It is as yet unknown how Elizabeth Olten died or was killed, but a 15-year-old St. Martens, Missouri, girl appeared in court Wednesday after being arrested in connection to the death of the 9-year-old. In a closed court appearance, the 15-year-old suspect, whose identity has been protected because of her age, went before a judge who would consider whether or not the girl would be tried as an adult and whether or not she would remain in custody. KMIZ in Jefferson City reported Monday that a search warrant had been issued for a house for a neighbor of Elizabeth Olten’s family. Another neighbor confirmed that the teenage suspect lived in the house.
Very few details are known about the discovery and recovery of the body of Elizabeth Olten. However, Cole County Sheriff Greg White revealed: “We were able to obtain some physical evidence and through some analysis of some of the evidence and in all honesty some written evidence, we were able to develop a person of interest. Once we reached that person and interviewed them, ultimately, they led us to where we’ve recovered Elizabeth’s body.”
White said the body had been very well hid in the woods in an area that had previously been searched.
Elizabeth Olten disappeared on October 21 about 6:15 p.m. while walking home from a friend’s house. She never made it home and by 7 p.m., because 9-year-old Elizabeth was afraid of the dark and the woods by which she walked home, the Olten family called the police. Searches had revealed nothing. It wasn’t until the suspect was interviewed that police were able to recover the body of the missing child.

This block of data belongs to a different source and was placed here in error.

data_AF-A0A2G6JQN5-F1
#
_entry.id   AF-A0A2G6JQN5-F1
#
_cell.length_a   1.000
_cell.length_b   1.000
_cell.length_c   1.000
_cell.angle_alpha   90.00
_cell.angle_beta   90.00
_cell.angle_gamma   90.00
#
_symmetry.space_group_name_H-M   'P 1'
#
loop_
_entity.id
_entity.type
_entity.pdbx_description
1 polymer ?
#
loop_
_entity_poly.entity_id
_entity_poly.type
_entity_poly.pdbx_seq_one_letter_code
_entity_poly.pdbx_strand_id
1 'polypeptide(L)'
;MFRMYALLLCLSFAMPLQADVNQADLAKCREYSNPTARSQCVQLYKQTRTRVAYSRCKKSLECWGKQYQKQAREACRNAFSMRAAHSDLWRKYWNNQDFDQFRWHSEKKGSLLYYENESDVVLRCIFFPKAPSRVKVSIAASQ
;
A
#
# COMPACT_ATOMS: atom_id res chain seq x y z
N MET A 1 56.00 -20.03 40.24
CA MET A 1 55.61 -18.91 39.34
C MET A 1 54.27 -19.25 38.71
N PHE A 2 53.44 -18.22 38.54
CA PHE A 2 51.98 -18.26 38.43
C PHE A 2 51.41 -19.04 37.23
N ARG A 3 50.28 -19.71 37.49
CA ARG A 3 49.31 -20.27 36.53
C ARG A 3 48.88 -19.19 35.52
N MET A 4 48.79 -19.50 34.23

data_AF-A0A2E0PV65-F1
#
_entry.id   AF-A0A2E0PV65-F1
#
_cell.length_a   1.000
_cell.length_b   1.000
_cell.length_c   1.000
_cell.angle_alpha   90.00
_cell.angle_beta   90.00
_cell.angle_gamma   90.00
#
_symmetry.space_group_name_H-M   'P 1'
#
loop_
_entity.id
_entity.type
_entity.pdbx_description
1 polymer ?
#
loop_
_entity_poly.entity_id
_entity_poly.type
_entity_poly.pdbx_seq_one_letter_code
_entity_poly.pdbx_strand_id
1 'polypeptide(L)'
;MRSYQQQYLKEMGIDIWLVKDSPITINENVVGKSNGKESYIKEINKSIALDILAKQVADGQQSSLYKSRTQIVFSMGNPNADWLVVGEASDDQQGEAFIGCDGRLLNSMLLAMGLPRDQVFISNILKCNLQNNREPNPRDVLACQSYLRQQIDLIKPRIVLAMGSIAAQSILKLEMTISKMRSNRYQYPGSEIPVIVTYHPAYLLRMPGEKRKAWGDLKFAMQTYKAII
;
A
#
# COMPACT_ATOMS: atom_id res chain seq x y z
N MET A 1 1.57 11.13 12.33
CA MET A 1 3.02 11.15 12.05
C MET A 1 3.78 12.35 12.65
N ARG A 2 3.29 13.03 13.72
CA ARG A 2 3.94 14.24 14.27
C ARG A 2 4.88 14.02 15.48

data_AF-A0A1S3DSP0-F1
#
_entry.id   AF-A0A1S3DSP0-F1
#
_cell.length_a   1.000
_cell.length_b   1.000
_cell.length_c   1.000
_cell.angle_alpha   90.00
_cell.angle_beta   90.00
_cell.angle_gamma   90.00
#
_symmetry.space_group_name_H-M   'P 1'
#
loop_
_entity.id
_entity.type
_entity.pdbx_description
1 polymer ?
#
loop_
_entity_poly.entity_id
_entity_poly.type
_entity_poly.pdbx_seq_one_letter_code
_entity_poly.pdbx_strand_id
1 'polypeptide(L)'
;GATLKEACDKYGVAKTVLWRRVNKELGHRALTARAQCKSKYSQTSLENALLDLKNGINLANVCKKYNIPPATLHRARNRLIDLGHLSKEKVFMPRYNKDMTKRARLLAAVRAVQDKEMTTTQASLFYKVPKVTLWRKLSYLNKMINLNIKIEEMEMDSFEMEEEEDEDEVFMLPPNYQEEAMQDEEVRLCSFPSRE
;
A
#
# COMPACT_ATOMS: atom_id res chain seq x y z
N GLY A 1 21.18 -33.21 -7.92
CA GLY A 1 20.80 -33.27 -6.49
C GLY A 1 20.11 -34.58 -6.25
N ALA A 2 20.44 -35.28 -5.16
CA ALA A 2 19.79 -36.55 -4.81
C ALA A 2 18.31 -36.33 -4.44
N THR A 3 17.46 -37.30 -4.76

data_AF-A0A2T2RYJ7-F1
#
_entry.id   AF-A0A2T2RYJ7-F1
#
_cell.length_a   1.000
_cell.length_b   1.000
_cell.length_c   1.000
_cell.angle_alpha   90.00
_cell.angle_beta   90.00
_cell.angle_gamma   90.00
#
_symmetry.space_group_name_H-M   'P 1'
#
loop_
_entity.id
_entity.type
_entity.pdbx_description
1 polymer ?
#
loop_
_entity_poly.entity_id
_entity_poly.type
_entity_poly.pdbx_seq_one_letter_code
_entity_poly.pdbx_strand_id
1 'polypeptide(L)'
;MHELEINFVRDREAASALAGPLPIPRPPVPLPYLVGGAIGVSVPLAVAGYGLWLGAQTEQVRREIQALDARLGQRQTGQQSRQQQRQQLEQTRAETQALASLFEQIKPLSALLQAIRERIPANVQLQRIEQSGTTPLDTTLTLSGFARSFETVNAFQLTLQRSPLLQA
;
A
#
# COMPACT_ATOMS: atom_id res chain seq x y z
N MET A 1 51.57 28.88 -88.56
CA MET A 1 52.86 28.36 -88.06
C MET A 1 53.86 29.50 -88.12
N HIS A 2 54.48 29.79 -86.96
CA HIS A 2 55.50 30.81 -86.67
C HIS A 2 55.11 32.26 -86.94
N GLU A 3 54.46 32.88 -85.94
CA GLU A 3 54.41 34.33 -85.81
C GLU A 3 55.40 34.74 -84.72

According to ABC News, the suspect’s attorney, Kurt Valentine, said, “It will be the judge’s obligation to look at the individual and look at her, excuse me, look at the juvenile’s circumstances.”
Valentine also said, “I would ask that they wait, that they listen to the facts as they come out and not judge quickly. Learn about this person, learn about this child. You’re dealing with a child.”
The 15-year-old who killed or caused the death of 9-year-old Elizabeth Olten, according to her lawyer, has extenuating “circumstances.” Barring the 15-year-old being mentally challenged to the point of not knowing right from wrong, however, it would be difficult to see what kind of “circumstances” could exist that would not have the judge render the decision to have the girl tried as an adult. That the 15-year-old suspect had the wherewithal to secrete the body in the woods implies mental presence of knowledge of right and wrong, which means that Valentine might be looking toward a non-nurturing environment as a defense for his client.
And his reference to the girl as a “child” is manipulative, not factual. Fifteen years places a person developmentally in the stages of adolescence and young adulthood. The judge will no doubt order a psychiatric evaluation to determine the suspect’s soundness of mind, temperament, and mental capacity.
But where to draw the line? Not knowing the circumstances of Elizabeth Olten’s death or the manner in which she died, it is difficult to determine how the judge might proceed. And the decisions that the judge will make cannot be simple, either. A girl’s future hangs in the balance. Questions need to be answered. How was the crime committed? What were the circumstances? How should matters proceed for an adjudication to be effectively rendered? How does one protect the rights of the individual? Does society need to be protected from the suspect?
In short, how does one find justice for the death of a 9-year-old girl?